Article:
Wo­mack praises state’s Tram­mel in D.C. speech

Arkansas Democrat-Gazette - - ARKANSAS - FRANK E. LOCK­WOOD

WASHINGTON — Re­tired Ar­vest banker Dick Tram­mel wit­nessed the po­lit­i­cal equiv­a­lent of a dou­ble-header Tues­day: two speeches in the his­toric cham­bers of the U.S. House of Rep­re­sen­ta­tives.

Pres­i­dent Don­ald Trump de­liv­ered the prime-time mes­sage, an 82-minute-long State of the Union ad­dress that was viewed by tens of mil­lions of Amer­i­cans.

It fol­lowed an af­ter­noon speech by U.S. Rep. Steve Wo­mack, R-Ark., that high­lighted Tram­mel’s life­time of ser­vice to the Nat­u­ral State, par­tic­u­larly in Rogers and the com­mu­ni­ties sur­round­ing it.

“No one I know of has loved, served and pro­moted North­west Arkansas more than Dick Tram­mel,” said Wo­mack.

Since mov­ing there in 1975, “he’s been the area’s most avid cheer­leader,” the con­gress­man added.

“Noth­ing of im­por­tance in our area has hap­pened in the last 40-plus years that doesn’t have Dick Tram­mel’s fin­ger­prints on it,” Wo­mack said, call­ing him “a pil­lar of my com­mu­nity, an ex­em­plary busi­ness­man, ded­i­cated pub­lic ser­vant, dear friend and all-around great Amer­i­can.”

The man Wo­mack calls “Mr. North­west Arkansas” wasn’t told ahead of time about the trib­ute; he watched it un­fold while sit­ting in the House gallery.

“I was think­ing he was go­ing to do con­gres­sional busi­ness, so it was a to­tal sur­prise,” Tram­mel said Fri­day.

Af­ter the speech, Wo­mack por­trayed the Rogers banker as a “liv­ing, walk­ing, breath­ing cham­ber of com­merce” and a prodi­gious fundraiser for char­i­ta­ble causes.

“There may be peo­ple

that im­i­tate Dick Tram­mel, but they don’t du­pli­cate Dick Tram­mel,” Wo­mack said. “He’s one of a kind.”

In­ter­viewed on Capi­tol Hill the day of the speeches, Tram­mel said he was en­joy­ing spend­ing time with Wo­mack, Rogers’ for­mer mayor.

“Steve has been my friend for­ever. … He and his dad. I was their banker when they came to Rogers, and they both have done re­ally well,” he said.

Re­ceiv­ing an in­vi­ta­tion to the State of the Union was ex­cit­ing, he said.

“In 81 years, I’ve never been to any­thing like this,” he said.

Orig­i­nally from Ran­dolph County, Tram­mel moved into Wal­mart’s back­yard at the urg­ing of its founder. For decades, he served as an ex­ec­u­tive at First Na­tional Bank & Trust Co., which later be­came Ar­vest Bank.

He would re­main there for 43 years, fi­nally re­tir­ing Dec.

31.

The change of lo­ca­tion — he was 38 at the time — is one he doesn’t re­gret.

“For a coun­try boy from Poc­a­hon­tas, Ark., I am so thank­ful,” he said. “I give thanks that Mr. Sam Wal­ton hired me him­self and said, ‘Come to North­west and help me make it a good place.’ I’ve been blessed.”

Tram­mel’s pub­lic ser­vice pre­dates his move to Ben­ton County.

As a Poc­a­hon­tas banker, he had served on the state Live­stock and Poul­try Com­mis­sion. He was also pres­i­dent of the town’s Cham­ber of Com­merce.

The ex­pe­ri­ence came in handy. He would go on to lead the Rogers-Low­ell Area Cham­ber of Com­merce, as well.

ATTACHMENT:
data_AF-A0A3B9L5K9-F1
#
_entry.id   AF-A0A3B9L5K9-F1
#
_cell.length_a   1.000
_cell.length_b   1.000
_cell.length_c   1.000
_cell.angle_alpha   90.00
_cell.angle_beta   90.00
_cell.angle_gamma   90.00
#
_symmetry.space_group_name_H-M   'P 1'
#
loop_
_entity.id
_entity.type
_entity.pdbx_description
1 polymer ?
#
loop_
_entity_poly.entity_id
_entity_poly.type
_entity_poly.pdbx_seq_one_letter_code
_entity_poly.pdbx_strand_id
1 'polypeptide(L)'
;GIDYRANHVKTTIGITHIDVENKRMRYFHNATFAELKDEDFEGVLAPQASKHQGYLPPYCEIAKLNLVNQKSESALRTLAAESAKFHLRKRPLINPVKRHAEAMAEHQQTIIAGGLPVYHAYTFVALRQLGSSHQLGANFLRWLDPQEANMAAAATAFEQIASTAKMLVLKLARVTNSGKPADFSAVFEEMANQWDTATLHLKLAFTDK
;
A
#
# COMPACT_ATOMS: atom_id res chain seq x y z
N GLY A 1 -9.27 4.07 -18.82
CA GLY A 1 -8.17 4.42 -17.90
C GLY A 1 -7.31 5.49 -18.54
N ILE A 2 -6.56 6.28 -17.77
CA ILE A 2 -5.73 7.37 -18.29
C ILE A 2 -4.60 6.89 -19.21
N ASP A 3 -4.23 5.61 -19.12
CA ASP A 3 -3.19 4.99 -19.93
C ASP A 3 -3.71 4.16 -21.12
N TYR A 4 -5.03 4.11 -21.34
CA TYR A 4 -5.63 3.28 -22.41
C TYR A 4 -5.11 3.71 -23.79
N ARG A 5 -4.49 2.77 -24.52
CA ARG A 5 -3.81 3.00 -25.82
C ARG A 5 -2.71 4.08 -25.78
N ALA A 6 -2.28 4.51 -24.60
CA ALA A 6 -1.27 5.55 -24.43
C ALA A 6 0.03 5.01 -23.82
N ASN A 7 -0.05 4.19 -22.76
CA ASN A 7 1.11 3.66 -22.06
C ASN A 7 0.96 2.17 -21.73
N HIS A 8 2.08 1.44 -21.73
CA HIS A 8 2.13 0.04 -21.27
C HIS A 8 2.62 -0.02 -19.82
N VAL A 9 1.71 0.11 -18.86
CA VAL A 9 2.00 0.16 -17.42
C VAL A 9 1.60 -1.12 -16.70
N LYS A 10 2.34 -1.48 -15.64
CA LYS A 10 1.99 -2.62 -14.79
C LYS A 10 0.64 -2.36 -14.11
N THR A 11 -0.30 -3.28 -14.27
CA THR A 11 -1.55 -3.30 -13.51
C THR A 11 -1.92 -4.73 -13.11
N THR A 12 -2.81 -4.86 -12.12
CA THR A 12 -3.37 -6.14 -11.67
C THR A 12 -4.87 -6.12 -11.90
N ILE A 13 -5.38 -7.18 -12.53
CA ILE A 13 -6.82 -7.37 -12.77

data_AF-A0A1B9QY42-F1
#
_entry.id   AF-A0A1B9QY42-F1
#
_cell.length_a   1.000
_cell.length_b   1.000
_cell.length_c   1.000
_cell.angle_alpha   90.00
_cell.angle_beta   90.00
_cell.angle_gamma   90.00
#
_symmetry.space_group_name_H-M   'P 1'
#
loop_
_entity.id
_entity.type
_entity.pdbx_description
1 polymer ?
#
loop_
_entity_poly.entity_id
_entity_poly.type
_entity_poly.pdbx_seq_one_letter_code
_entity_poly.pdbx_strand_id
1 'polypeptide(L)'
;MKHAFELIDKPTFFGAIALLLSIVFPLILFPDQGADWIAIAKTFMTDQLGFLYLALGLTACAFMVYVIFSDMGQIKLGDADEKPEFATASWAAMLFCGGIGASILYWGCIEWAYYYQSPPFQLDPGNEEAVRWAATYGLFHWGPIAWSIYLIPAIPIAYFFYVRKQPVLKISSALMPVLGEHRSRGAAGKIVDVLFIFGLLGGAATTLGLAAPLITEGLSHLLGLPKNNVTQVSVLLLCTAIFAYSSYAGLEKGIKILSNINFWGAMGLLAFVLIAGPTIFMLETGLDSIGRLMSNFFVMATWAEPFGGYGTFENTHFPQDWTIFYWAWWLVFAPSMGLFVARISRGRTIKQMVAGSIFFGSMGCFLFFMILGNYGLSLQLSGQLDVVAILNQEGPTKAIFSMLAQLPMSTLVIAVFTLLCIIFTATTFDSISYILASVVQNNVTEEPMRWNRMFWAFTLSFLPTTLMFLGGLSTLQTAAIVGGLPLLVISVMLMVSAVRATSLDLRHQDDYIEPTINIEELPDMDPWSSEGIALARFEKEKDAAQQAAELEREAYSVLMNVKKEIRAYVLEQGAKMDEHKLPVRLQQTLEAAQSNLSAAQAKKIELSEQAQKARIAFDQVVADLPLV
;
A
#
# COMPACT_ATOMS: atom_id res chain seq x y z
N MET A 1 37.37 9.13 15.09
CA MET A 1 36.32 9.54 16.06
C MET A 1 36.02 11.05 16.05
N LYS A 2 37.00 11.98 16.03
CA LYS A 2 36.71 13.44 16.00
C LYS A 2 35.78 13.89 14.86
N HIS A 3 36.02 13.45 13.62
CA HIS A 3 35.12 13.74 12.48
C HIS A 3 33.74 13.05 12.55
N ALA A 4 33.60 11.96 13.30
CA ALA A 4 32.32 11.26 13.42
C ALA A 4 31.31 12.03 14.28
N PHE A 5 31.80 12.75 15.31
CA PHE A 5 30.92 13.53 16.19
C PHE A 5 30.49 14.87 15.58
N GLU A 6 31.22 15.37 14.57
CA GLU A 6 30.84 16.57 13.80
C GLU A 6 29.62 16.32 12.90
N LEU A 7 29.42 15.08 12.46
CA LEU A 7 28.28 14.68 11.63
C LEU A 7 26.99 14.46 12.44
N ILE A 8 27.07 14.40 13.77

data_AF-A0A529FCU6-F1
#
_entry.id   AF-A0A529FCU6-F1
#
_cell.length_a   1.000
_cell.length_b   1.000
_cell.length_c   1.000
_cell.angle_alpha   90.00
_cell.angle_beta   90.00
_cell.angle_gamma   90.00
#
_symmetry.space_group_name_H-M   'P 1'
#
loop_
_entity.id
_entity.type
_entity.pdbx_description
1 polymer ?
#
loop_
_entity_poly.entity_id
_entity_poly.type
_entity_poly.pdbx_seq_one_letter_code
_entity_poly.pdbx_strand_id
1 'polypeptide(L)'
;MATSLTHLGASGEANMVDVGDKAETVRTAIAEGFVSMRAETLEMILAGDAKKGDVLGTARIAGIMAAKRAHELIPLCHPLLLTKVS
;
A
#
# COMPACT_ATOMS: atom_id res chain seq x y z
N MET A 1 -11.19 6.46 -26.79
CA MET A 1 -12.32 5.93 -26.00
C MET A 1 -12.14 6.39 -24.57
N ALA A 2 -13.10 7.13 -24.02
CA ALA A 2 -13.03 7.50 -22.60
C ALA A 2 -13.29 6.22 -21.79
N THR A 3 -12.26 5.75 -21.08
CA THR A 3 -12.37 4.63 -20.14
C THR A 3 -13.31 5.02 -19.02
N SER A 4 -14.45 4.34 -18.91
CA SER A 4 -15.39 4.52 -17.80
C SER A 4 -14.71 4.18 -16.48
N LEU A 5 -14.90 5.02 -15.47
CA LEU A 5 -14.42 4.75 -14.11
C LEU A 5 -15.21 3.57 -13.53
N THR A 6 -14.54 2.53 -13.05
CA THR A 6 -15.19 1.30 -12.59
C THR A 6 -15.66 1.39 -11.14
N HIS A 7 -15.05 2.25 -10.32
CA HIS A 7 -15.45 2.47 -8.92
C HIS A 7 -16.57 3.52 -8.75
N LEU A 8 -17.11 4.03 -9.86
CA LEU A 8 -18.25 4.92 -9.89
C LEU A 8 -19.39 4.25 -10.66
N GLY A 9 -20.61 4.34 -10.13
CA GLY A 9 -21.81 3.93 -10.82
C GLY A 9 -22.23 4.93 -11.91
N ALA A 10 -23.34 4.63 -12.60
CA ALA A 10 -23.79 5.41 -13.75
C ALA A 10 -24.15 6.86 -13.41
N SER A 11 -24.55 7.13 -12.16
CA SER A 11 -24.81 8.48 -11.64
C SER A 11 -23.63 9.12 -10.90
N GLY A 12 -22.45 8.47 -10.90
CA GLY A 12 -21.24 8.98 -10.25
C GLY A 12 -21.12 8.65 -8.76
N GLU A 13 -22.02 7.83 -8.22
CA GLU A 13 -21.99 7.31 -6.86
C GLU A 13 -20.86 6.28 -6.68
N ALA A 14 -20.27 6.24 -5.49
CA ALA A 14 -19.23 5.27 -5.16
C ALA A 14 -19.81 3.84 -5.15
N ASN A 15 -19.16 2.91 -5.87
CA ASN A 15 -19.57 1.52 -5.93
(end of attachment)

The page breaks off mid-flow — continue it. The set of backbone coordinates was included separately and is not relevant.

Ac­tive in a long list of civic, ed­u­ca­tional and phil­an­thropic causes, he is for­mer chair­man of the state’s Higher Ed­u­ca­tion Co­or­di­nat­ing Board, as well as the Arkansas Arts Coun­cil.

He also served on the Arkansas High­way Com­mis­sion for a decade, leav­ing it last month. arkansason­line.com/emails/

Some of the in­fra­struc­ture he helped build will now bear his name: The com­mis­sion has voted to name part of Arkansas 265 in honor of its de­parted chair­man. The 30-mile stretch be­tween Fayet­teville and Rogers will be known as the Dick Tram­mel High­way.

Last week, Tram­mel ex­pressed pride in the state’s Depart­ment of Trans­porta­tion em­ploy­ees.

He also praised the vot­ers of Rogers for ap­prov­ing school levies and the peo­ple of Arkansas for ap­prov­ing a half-per­cent sales-tax in­crease to im­prove the state’s road­ways.

But he ex­pressed con­cerns about the di­vi­sion he sees on Capi­tol Hill.

“I’m just awed at how [po­lit­i­cal] par­ties can’t come to­gether,” he said.

“When I think about govern­ment, I do hope that there can be more com­pro­mise,” he said. “I think there’s a lot of room for im­prove­ment for the good of the peo­ple.”

He would later give Trump’s speech high marks.

“I thought he did a tremen­dous job try­ing to bring Amer­ica to­gether,” Tram­mel said. “The pres­i­dent did say we need to com­pro­mise and come to­gether for the good of the peo­ple.”

De­spite the par­ti­san divi­sions, the state of the econ­omy is en­cour­ag­ing, he said.

“I’ve never seen it per­fect in 81 years. There’s al­ways room for im­prove­ment, but it can al­ways go the other way,” he said. “I think right now, most peo­ple are happy. We did get a farm bill passed. The pas­sage of a farm bill was very, very im­por­tant to Arkansas. So I’d say the econ­omy is good.”

It re­mains a priv­i­lege to dwell in the United States, he said.

“God blesses all of us, and we live in the best coun­try in the world. I don’t have any doubt about that,” he said.

Tram­mel

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